Maryland long-term care residents in both nursing homes and assisted living facilities are now eligible to receive COVID-19 booster shots under a new order announced by Gov. Larry Hogan (R) on Wednesday.
The sudden declaration has providers and pharmacies scrambling to figure out the operational and legal challenges in order to get the additional doses to residents as soon as possible.
“We all want to help protect older adults in congregate settings and appreciate that this is the intent of the governor’s announcement,” said Allison Ciborowski, president and CEO of LeadingAge Maryland. “However, this puts providers and pharmacies in a difficult position.”
Hogan’s order goes beyond the Food and Drug Administration which only approved a third dose of the Pfizer and Moderna COVID-19 vaccines for the immunocompromised, like cancer patients and organ transplant recipients. Federal health officials in mid-August said nursing home residents likely will be among the first to be eligible for the third shots, but no guidance on what other subgroups will have priority for the booster has been released yet.
Michigan Gov. Gretchen Whitmer (D) in mid-August issued an executive order directing state agencies to prioritize and fast-track COVID-19 booster shots for long-term care facilities.
Hogan said he made his decision to move forward because of the lack of clear guidance from the federal government regarding the shots.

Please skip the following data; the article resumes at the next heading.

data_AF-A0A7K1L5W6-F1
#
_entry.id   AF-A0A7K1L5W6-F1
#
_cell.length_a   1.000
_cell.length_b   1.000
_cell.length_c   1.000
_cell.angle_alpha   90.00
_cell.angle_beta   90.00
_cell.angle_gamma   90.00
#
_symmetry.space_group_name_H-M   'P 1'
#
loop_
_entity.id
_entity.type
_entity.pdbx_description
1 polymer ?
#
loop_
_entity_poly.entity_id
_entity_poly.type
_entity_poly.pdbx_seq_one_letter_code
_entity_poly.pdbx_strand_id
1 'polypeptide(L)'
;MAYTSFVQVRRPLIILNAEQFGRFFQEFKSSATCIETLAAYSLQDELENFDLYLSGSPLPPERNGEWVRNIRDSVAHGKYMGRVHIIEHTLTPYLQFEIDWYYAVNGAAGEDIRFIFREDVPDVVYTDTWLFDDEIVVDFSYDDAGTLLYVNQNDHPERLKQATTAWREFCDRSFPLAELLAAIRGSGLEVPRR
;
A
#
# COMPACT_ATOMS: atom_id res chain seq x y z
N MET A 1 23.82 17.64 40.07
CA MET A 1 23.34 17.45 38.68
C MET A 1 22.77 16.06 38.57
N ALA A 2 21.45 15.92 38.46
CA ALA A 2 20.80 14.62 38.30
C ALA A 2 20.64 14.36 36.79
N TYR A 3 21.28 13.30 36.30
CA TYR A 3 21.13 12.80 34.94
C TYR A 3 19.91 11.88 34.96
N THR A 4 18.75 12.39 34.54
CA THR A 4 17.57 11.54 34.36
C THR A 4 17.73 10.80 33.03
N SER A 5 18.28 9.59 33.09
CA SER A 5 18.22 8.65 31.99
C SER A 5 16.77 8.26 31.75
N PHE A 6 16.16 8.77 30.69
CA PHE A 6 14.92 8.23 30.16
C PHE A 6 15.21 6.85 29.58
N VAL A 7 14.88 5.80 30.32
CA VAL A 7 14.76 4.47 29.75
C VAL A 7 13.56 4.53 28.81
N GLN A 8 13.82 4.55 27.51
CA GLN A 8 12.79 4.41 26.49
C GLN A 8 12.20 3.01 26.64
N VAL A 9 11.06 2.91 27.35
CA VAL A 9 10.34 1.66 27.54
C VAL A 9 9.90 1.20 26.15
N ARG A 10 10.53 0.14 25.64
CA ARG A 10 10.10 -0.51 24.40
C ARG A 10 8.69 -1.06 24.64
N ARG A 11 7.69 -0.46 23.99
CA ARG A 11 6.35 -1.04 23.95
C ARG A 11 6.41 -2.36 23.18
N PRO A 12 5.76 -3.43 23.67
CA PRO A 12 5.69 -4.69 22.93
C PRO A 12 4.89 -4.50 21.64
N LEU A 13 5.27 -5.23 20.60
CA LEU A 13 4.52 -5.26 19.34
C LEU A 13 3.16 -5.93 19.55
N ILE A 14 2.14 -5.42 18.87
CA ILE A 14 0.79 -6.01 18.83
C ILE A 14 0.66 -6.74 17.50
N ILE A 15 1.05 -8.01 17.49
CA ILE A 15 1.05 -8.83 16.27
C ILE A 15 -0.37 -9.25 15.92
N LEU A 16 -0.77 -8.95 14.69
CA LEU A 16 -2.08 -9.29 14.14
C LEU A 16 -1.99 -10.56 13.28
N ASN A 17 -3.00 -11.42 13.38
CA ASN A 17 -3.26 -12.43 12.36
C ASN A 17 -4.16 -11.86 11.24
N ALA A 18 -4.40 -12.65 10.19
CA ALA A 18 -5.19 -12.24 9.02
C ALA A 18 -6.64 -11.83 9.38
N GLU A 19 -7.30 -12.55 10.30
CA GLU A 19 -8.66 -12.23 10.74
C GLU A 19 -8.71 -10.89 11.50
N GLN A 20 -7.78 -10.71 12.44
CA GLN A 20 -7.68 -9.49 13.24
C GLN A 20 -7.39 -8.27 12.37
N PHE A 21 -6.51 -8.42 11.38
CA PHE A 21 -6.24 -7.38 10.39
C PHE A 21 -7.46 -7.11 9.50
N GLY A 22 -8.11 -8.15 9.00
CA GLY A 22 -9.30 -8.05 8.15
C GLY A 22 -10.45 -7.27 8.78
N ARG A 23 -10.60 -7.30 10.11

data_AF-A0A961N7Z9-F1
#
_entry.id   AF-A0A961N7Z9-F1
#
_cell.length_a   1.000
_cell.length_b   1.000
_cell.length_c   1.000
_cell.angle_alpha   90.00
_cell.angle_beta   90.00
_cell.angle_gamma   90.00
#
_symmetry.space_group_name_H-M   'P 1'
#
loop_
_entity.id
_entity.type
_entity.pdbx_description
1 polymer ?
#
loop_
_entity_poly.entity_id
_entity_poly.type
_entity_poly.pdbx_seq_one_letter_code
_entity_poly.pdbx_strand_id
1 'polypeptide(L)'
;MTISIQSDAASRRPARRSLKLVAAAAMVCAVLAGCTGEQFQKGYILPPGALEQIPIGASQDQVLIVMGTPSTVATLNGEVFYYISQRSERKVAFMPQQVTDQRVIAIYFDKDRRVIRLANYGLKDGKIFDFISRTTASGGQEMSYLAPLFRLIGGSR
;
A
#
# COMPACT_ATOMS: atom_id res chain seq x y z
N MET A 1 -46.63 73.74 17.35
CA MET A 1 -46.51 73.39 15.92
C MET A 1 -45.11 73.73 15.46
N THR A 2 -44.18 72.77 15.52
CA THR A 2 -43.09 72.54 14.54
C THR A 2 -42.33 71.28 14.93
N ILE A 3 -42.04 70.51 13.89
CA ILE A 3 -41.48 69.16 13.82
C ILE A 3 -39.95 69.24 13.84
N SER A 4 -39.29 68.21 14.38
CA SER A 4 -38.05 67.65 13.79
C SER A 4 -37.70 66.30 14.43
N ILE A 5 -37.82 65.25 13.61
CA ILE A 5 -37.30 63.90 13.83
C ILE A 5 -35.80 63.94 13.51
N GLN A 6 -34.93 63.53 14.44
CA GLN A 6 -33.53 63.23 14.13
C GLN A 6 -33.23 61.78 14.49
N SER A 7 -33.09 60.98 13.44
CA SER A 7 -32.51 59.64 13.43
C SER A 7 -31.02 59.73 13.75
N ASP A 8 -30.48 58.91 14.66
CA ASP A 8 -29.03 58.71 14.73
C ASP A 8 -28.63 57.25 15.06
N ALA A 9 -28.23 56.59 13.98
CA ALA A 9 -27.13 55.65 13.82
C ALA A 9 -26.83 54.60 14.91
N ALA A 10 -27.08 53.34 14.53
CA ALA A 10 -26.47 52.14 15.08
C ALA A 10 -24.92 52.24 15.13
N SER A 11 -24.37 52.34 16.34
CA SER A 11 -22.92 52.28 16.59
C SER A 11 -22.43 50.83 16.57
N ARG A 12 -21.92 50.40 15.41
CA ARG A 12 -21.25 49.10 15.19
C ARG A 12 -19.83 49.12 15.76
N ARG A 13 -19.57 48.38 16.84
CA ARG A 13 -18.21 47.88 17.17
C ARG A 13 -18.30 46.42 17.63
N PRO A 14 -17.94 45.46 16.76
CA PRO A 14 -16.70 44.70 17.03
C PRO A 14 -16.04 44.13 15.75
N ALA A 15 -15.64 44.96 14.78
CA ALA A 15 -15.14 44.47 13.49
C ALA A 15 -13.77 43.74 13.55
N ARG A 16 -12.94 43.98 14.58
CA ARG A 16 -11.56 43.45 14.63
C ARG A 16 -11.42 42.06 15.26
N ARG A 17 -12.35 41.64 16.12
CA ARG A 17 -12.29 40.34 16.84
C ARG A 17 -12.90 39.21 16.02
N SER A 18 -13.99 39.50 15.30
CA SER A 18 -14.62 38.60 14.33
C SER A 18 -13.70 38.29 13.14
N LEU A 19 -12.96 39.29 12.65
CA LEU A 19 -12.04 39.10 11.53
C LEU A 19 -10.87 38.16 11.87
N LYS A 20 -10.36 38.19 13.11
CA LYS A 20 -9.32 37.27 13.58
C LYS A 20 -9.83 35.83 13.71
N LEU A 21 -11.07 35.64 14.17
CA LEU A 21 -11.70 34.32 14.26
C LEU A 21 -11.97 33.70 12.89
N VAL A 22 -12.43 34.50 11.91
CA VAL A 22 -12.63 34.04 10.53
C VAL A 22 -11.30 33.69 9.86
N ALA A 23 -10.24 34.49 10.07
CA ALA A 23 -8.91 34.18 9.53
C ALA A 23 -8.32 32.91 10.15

“The limited guidance we have received has been confusing and contradictory, and it is still unclear when and how more people will become eligible,” Hogan said in a statement. “But all of the evidence makes it abundantly clear that we cannot afford to delay taking decisive action to protect our most vulnerable citizens.”
LeadingAge Maryland’s Ciborowski, however, said questions still remain around where facilities can get the additional doses and how they will be distributed. Problems are causing confusion for providers, pharmacies, residents and families, she added.
“I’ve heard from pharmacies today who say they just cannot do what the governor has announced,” she told McKnight’s Long-Term Care News on Thursday.
“Pharmacies and other COVID-19 vaccination providers are beholden to specific federal requirements. The [Centers for Disease Control and Prevention] and FDA guidance at this time only allows a third dose for immunocompromised patients with specific conditions; not a global booster dose based on residence or age,” she added. “Doing so would be an off-label use which could leave both facilities and vaccine providers open to liability.”
Ciborowski explained that federal regulations require vaccine providers administer the vaccinations in accordance with all requirements and recommendations of the CDC and its Advisory Committee on Immunization Practices.
“There are certainly individuals in nursing homes who are truly immunocompromised and to whom additional doses should be and are being provided,” she said. “[The] CDC has been clear that, ‘Age or place of residence alone (e.g., residence in a long-term care facility), independent of a patient’s medical condition, should not be used to determine the level of immune competence, as the balance of benefits and risks of an additional dose for people who are not moderately to severely immunocompromised is currently unknown.’”
The FDA is scheduled to meet this week to discuss COVID booster shots. Ciborowski said the organization feels “it would be more prudent to wait for their recommendation.”